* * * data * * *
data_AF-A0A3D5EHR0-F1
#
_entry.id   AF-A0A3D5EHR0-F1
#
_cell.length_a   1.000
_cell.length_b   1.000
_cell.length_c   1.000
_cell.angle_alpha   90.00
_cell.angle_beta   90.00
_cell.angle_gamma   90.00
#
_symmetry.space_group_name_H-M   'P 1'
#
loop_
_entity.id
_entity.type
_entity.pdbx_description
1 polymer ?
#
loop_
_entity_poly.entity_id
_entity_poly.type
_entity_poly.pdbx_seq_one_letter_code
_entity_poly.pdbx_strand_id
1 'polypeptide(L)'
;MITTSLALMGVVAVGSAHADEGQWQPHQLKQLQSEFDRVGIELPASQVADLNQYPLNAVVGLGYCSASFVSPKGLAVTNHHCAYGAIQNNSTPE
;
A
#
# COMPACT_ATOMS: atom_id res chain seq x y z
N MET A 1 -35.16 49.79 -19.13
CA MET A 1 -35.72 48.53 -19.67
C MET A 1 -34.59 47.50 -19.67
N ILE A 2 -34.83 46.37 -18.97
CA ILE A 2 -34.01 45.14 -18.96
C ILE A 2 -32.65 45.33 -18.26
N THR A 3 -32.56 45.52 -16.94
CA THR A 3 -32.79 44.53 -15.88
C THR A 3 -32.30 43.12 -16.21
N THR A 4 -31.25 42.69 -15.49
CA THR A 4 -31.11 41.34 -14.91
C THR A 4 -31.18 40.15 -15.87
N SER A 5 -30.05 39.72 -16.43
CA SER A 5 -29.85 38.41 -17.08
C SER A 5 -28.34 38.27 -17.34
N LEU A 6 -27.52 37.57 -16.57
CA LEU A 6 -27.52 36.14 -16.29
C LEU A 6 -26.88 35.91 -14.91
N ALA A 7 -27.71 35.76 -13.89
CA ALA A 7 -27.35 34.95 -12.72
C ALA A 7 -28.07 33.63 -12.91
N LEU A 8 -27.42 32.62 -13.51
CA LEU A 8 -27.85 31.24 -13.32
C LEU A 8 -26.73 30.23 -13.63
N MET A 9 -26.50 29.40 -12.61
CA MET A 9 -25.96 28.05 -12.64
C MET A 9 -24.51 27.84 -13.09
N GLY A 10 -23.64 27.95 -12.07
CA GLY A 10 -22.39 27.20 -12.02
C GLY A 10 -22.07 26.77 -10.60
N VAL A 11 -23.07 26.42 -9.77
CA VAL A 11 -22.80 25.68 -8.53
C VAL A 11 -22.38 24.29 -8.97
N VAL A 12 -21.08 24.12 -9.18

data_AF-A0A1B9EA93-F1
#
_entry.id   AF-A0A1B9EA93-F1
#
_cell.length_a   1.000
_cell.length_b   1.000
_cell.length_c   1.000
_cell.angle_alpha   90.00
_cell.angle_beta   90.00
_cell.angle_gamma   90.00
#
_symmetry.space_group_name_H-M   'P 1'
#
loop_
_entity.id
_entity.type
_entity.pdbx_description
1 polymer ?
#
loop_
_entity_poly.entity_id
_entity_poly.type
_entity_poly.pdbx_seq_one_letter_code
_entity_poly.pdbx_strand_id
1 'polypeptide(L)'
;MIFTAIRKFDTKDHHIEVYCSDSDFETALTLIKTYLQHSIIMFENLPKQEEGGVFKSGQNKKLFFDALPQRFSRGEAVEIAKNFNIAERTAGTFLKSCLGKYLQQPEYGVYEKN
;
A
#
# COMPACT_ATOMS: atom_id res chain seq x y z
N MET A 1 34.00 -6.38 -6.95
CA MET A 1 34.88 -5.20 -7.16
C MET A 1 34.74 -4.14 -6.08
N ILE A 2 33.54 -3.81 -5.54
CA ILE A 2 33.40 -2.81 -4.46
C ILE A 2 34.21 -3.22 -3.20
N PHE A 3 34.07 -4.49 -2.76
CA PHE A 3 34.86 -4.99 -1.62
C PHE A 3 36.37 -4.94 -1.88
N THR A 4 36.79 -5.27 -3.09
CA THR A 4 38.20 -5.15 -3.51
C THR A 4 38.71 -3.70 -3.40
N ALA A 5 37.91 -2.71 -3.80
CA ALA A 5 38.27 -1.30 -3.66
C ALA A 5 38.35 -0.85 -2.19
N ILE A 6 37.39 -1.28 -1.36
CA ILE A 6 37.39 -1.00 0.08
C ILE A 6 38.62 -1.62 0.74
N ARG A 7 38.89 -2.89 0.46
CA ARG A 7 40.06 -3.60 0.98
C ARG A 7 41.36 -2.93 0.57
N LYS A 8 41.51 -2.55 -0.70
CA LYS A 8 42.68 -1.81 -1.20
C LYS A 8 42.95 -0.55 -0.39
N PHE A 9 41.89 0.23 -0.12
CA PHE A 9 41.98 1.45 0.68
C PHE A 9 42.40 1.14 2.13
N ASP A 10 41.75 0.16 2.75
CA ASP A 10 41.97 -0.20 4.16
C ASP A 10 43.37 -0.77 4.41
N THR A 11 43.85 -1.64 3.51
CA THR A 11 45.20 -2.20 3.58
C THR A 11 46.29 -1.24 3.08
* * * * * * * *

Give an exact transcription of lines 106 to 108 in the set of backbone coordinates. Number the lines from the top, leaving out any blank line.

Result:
C THR A 4 38.71 -3.70 -3.40
N ALA A 5 37.91 -2.71 -3.80
CA ALA A 5 38.27 -1.30 -3.66